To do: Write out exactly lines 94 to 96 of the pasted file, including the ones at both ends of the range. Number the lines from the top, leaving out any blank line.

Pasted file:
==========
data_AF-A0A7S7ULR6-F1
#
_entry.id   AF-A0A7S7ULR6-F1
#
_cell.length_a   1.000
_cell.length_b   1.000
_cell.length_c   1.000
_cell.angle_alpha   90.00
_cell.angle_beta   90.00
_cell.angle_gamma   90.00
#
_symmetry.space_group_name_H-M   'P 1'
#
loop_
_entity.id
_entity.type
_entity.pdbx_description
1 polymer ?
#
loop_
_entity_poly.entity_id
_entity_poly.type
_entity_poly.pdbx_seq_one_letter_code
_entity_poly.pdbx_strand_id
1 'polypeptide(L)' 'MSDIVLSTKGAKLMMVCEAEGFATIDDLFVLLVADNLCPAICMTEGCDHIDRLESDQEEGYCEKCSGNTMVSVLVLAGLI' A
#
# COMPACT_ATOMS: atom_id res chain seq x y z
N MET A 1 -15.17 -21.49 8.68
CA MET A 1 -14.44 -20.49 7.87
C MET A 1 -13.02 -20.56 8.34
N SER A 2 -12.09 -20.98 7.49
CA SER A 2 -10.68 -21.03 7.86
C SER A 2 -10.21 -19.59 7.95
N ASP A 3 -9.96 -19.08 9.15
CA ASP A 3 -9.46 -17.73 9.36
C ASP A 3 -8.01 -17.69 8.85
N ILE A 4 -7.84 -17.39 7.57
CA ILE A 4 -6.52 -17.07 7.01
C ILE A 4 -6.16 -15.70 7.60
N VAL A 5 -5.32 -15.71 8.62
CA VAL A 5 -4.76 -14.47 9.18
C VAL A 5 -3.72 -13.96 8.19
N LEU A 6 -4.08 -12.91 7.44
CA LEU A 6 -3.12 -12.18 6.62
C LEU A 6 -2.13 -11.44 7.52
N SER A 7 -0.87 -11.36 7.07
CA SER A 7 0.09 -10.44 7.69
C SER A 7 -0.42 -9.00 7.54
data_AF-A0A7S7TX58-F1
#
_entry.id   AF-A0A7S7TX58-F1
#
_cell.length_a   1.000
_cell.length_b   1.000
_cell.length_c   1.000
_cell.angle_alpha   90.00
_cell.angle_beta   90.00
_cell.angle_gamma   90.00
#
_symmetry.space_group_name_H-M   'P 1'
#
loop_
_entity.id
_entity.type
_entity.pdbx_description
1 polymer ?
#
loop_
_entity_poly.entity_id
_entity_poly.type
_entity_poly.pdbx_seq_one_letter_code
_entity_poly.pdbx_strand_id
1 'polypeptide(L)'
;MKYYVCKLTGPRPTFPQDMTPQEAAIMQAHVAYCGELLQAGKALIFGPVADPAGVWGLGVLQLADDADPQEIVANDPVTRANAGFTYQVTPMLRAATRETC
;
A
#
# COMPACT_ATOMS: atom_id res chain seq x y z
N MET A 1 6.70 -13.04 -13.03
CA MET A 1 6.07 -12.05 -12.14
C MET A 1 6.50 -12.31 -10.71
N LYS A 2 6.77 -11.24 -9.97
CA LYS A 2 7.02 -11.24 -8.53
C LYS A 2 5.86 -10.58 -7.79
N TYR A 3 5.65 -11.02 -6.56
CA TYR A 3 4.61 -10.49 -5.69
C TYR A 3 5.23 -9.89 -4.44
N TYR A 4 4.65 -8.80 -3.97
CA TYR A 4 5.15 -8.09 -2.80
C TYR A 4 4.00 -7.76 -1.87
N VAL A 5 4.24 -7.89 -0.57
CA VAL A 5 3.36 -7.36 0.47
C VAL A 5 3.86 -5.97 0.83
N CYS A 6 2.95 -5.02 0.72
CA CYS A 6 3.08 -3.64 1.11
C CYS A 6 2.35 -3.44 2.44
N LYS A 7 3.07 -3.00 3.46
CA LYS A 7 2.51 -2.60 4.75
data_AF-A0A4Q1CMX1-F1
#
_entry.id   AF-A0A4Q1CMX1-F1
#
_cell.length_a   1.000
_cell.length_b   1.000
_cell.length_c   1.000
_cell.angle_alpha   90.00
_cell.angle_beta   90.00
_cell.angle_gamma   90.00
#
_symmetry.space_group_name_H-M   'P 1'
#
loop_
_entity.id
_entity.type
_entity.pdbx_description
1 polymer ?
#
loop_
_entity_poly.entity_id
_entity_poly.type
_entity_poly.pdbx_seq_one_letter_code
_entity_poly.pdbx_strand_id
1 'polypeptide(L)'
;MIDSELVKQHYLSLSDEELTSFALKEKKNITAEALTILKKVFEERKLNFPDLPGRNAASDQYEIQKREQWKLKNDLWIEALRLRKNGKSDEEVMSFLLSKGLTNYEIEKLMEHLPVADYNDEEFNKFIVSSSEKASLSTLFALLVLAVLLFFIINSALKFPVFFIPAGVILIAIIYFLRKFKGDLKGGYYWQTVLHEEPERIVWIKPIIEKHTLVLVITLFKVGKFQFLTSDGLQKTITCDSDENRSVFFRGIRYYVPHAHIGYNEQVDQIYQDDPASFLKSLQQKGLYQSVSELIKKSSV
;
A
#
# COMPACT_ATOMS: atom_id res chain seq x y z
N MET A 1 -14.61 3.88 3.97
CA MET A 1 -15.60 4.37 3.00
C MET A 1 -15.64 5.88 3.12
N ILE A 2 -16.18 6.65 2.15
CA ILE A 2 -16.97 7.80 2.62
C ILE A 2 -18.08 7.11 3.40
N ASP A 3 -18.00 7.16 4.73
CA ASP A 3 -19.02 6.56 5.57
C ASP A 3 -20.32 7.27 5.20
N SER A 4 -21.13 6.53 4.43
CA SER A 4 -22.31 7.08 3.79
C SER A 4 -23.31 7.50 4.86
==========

N CYS A 6 2.95 -5.02 0.72
CA CYS A 6 3.08 -3.64 1.11
C CYS A 6 2.35 -3.44 2.44